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Charlene Carrington / The Pentecost (Religious Figurative)
90cm x 150cm Ochre on Canvas
Artlandish Gallery will be closed from 10th – 25th October. All orders during this time will be dispatched from the 28th October.
To apologise for the slight delay, all artworks ordered during this time receive a minimum 10% discount!
Simply click on the discount code special10 on the checkout page for the discount to be applied.
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A superb example of figurative ochre design, which is extremely difficult to execute. The Kitja people of the East Kimberley embrace both the Catholic teachings and their Traditional Culture and celebrate life in a “Two Way” belief which runs parallel in perfect harmony. At Warmun Community, the Sisters of St Joseph of the Sacred Heart along with the Kitja Aboriginal people established the Ngalangangpum School in 1979. Meaning “Mother and Child” the school was first a primitive bough shed, but became the centre of the community with the Sisters of this teaching order immediately gaining the support of the Elders, in particular Queenie McKenzie and Hector Jandany (International ochre artists both deceased) both of whom executed many designs in their artworks of their Catholic belief. One of the original sisters, Theresa Morellini, is still living at Warmun and has ensured the careful and accurate recording of the history and the people.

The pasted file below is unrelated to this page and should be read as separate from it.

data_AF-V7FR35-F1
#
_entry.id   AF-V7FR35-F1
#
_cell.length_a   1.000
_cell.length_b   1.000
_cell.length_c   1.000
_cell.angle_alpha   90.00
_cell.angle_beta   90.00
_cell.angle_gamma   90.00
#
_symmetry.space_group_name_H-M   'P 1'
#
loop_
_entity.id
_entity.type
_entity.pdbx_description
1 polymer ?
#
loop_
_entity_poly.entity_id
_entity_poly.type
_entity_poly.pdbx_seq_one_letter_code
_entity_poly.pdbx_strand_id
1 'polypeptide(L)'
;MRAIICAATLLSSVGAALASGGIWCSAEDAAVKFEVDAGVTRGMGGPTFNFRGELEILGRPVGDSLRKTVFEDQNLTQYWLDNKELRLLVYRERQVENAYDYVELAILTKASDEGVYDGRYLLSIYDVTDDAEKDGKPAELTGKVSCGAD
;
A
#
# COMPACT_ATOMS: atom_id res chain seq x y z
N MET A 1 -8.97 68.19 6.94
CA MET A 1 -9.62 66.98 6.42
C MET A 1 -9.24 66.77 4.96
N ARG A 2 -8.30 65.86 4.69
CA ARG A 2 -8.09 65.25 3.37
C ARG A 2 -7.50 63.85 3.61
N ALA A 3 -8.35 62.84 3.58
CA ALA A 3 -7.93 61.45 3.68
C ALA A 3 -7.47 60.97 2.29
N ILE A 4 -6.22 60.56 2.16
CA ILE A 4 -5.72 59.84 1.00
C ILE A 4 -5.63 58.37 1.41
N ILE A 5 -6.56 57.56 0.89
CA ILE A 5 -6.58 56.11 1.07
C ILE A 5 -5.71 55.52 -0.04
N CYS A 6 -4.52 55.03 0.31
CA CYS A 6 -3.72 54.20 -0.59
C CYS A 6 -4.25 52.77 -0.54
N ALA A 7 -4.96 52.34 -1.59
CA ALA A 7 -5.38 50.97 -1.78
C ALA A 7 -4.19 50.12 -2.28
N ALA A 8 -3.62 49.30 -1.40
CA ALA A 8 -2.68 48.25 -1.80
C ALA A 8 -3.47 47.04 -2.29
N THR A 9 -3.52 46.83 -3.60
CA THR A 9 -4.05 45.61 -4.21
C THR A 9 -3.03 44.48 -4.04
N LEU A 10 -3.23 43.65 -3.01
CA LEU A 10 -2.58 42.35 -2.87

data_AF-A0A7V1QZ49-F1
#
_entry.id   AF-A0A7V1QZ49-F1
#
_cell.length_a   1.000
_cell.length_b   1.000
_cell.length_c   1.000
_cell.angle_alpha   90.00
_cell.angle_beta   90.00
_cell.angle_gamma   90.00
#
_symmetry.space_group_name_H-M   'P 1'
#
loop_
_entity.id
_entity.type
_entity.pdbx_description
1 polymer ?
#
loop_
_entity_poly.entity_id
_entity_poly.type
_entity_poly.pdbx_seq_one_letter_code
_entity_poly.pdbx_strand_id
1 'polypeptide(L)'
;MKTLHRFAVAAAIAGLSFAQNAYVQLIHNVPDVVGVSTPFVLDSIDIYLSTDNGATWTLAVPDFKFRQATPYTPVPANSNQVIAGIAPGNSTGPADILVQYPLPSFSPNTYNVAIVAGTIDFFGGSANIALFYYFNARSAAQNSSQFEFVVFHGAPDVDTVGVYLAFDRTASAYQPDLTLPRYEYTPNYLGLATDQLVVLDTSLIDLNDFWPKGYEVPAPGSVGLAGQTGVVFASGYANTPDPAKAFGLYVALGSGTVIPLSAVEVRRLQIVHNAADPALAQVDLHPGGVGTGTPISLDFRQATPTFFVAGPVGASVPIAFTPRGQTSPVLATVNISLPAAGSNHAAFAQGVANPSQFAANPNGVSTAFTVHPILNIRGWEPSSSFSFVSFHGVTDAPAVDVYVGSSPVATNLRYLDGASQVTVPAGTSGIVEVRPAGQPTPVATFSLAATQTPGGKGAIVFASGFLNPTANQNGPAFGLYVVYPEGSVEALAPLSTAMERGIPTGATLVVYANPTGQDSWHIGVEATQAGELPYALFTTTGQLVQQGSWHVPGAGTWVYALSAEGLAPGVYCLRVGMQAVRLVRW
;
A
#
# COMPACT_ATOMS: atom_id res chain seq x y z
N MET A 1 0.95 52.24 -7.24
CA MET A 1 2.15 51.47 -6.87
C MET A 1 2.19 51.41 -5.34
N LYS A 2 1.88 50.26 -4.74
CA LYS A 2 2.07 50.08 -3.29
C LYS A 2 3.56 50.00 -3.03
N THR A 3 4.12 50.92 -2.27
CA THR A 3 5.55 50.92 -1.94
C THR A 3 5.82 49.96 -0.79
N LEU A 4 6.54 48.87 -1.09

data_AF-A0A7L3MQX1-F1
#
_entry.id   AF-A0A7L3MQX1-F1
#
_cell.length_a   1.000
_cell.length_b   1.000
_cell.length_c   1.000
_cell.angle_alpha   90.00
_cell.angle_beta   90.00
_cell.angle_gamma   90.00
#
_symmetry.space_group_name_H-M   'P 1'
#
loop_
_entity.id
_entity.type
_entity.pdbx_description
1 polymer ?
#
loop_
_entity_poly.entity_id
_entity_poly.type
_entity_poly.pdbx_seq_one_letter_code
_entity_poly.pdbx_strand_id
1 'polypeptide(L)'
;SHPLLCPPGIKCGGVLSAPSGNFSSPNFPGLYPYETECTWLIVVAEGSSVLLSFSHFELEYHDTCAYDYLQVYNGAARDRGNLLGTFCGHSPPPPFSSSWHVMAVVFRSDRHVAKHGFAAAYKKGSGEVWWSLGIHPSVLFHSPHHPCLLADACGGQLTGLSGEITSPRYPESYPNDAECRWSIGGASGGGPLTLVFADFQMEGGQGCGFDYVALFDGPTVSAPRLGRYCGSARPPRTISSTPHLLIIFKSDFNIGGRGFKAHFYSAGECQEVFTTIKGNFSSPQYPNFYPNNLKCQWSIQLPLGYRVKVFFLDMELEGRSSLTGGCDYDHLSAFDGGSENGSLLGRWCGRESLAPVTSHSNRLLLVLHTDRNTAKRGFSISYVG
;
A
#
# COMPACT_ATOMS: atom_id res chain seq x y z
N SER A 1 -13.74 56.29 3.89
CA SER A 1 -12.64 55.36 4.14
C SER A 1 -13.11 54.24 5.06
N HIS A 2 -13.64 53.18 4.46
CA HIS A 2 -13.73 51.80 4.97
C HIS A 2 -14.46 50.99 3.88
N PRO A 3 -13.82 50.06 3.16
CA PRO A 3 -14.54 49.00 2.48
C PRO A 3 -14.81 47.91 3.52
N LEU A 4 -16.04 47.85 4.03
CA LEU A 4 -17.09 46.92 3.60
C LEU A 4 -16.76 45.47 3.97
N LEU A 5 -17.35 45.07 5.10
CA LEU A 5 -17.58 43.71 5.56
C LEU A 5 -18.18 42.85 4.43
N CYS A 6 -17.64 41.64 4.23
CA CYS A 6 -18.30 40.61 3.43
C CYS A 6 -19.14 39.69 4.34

The iconography of the artwork is a representation of the events of Pentecost. “God the Father sends the Spirit on the Apostles who are gathered around Mary”.
Pentecost is the Festival of Christian celebration of the gift of the Holy Spirit. It is celebrated on the Sunday 50 days after Easter (the seventh Sunday after Easter). Pentecost is derived from a Jewish harvest festival called Shavuot. The Apostles of Jesus were celebrating this festival when the Holy Spirit descended on them. It is believed that Pentecost marks the birth of the Christian Church. It is also of significance that it is believed the Apostles were then miraculously enabled to go out into Jerusalem, prophesying and speaking in languages that all the visitors to Jerusalem could understand – again, demonstrating the bond between the Aboriginal people and their white teachers and advisors.